Giant Cross Monument on Memory Mountain erected in remote Northern Territory community in outback Australia
After more than a decade, a vision to build a giant cross in a remote Aboriginal community in Central Australia has become a reality.
- The 20m cross near Haasts Bluff (Ikuntji) was proposed in 2009
- Landscape photographer Ken Duncan has led the project, raising several million dollars through private donations
- Community members hope the site will be a meeting place for locals and create economic opportunities through tourism
First proposed in 2009 by residents of Haasts Bluff (Ikuntji), 230 kilometres west of Alice Springs, the 20-metre-high, multi-million-dollar steel monument was last month erected atop Memory Mountain.
Local elder Douglas Multa said the vision first came to his uncle, Nebo Jugadai, one night at an Easter celebration at the base of the mountain — a site of historical and cultural significance for Haasts Bluff and surrounding communities.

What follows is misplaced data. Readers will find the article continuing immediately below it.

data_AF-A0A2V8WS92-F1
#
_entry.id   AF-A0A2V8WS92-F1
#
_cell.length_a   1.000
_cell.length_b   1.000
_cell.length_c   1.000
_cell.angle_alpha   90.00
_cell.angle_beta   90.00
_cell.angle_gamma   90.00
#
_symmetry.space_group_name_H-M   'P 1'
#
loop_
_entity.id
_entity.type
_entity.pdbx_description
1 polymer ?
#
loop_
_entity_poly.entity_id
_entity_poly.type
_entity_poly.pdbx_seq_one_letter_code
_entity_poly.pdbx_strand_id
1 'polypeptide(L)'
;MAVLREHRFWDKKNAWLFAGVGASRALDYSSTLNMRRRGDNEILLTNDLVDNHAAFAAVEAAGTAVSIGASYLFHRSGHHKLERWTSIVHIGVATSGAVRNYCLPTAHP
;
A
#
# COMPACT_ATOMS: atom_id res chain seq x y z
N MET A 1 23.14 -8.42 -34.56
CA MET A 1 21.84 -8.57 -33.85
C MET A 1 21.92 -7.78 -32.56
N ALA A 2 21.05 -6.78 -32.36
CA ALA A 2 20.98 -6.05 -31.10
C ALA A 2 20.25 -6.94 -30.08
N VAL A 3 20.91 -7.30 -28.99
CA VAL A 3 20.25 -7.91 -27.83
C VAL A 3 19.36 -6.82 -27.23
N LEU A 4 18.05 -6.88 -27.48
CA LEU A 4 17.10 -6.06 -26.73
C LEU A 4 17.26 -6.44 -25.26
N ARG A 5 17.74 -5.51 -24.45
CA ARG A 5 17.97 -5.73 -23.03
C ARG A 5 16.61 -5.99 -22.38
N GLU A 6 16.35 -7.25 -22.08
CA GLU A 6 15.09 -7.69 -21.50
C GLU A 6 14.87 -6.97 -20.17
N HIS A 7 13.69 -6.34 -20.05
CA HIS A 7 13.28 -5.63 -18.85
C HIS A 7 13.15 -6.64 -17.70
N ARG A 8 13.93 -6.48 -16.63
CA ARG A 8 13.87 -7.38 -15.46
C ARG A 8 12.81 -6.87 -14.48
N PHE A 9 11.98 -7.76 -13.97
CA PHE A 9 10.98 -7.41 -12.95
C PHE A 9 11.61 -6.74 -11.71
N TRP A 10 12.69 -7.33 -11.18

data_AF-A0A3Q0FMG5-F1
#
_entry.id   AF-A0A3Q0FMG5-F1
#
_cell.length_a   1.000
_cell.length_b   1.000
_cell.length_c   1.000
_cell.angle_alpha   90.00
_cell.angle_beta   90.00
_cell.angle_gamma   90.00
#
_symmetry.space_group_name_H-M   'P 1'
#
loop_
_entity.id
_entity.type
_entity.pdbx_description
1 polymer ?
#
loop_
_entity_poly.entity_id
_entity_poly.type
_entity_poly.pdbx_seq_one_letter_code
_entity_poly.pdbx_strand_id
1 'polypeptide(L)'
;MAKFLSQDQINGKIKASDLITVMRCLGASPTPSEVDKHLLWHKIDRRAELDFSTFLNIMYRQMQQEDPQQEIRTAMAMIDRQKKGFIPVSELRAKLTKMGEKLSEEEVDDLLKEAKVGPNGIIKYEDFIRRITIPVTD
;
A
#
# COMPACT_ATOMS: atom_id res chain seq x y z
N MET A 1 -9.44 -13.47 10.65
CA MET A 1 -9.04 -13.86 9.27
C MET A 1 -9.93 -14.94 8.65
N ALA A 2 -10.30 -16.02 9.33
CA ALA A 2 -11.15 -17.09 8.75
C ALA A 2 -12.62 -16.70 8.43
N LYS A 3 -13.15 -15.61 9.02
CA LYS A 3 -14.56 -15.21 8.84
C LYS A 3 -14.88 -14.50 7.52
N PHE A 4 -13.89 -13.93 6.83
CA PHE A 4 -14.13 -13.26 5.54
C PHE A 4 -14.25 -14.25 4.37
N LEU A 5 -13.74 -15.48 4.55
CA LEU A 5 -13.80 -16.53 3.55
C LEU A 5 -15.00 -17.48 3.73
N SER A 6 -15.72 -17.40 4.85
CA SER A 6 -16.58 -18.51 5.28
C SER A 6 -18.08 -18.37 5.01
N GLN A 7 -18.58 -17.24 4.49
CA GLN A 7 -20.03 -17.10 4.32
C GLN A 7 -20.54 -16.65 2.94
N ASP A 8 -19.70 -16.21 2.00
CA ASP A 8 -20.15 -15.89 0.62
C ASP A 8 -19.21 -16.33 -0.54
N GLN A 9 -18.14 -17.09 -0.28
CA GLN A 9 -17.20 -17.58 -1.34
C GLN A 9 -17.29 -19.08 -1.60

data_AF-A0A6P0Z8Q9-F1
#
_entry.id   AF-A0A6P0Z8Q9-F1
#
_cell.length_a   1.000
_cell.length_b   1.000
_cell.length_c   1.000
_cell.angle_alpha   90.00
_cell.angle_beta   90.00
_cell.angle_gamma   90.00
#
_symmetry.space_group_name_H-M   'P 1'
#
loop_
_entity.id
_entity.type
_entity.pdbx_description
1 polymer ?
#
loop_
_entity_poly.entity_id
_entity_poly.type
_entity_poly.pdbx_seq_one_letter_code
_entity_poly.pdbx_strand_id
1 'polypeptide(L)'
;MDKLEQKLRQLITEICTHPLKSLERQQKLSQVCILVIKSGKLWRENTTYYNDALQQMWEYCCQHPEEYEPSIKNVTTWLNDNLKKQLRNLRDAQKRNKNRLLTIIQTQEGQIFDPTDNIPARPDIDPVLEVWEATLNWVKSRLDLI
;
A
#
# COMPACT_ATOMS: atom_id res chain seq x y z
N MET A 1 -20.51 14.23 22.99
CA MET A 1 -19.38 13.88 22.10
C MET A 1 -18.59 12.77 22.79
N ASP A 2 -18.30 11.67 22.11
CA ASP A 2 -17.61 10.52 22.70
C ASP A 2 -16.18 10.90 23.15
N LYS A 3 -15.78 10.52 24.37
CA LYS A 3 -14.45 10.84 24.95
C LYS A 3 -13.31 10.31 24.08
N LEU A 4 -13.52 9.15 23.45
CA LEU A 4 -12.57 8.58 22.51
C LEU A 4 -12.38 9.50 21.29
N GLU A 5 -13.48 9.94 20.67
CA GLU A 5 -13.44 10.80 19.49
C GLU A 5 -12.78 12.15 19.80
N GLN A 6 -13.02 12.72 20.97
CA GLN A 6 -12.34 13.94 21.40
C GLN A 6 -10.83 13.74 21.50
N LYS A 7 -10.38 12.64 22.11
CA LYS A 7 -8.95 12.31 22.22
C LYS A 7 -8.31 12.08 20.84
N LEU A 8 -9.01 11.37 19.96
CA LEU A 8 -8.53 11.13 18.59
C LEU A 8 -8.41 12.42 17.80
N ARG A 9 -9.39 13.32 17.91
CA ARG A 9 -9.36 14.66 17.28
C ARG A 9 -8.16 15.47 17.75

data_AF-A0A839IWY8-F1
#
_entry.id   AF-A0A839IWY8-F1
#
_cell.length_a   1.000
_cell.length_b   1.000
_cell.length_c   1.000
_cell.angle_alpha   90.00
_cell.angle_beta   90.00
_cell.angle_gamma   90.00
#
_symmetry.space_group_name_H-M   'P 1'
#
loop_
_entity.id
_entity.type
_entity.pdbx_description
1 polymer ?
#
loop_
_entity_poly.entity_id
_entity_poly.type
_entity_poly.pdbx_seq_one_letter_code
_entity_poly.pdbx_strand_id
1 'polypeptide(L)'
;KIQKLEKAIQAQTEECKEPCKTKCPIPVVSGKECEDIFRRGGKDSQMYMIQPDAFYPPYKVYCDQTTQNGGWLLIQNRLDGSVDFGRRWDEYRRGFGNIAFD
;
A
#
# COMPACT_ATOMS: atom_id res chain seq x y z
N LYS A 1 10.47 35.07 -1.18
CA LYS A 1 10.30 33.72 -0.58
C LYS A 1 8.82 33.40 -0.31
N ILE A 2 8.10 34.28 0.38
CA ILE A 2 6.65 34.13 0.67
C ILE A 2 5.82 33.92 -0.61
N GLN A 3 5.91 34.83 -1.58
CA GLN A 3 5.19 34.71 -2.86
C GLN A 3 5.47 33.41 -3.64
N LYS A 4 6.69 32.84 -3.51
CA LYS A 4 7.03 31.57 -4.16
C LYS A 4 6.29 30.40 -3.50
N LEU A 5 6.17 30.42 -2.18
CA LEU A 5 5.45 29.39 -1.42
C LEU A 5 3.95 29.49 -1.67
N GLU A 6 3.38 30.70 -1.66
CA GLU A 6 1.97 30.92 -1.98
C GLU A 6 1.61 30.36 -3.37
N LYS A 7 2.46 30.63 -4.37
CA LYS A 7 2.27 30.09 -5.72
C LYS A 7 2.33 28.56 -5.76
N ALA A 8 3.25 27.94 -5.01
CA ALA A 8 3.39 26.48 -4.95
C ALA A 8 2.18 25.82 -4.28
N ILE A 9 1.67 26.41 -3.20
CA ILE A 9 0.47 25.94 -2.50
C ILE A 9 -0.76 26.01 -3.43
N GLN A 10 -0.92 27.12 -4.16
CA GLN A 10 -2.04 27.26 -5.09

Mr. Multa said he felt emotional seeing the structure completed. “When I first saw it we had tears in our eyes, we cried because it’s in our land — our country,” he said.
“It makes me and my people proud to have something like this in our country.” He hoped the project would help create a prosperous future for the community through tourism. “It’s important because we have been struggling for many years to get job opportunities for the young people, so that cross is going to bring lots of jobs,” he said.
The final element of the monument is expected to be completed by the end of the year when solar-powered LED lights will be installed to illuminate the cross.
Mr Duncan said a company — Memory Mountain Limited — had been established to support the development of the project, with a board made up of Indigenous people living in the surrounding communities, as well as Mr Duncan and his wife, Pam.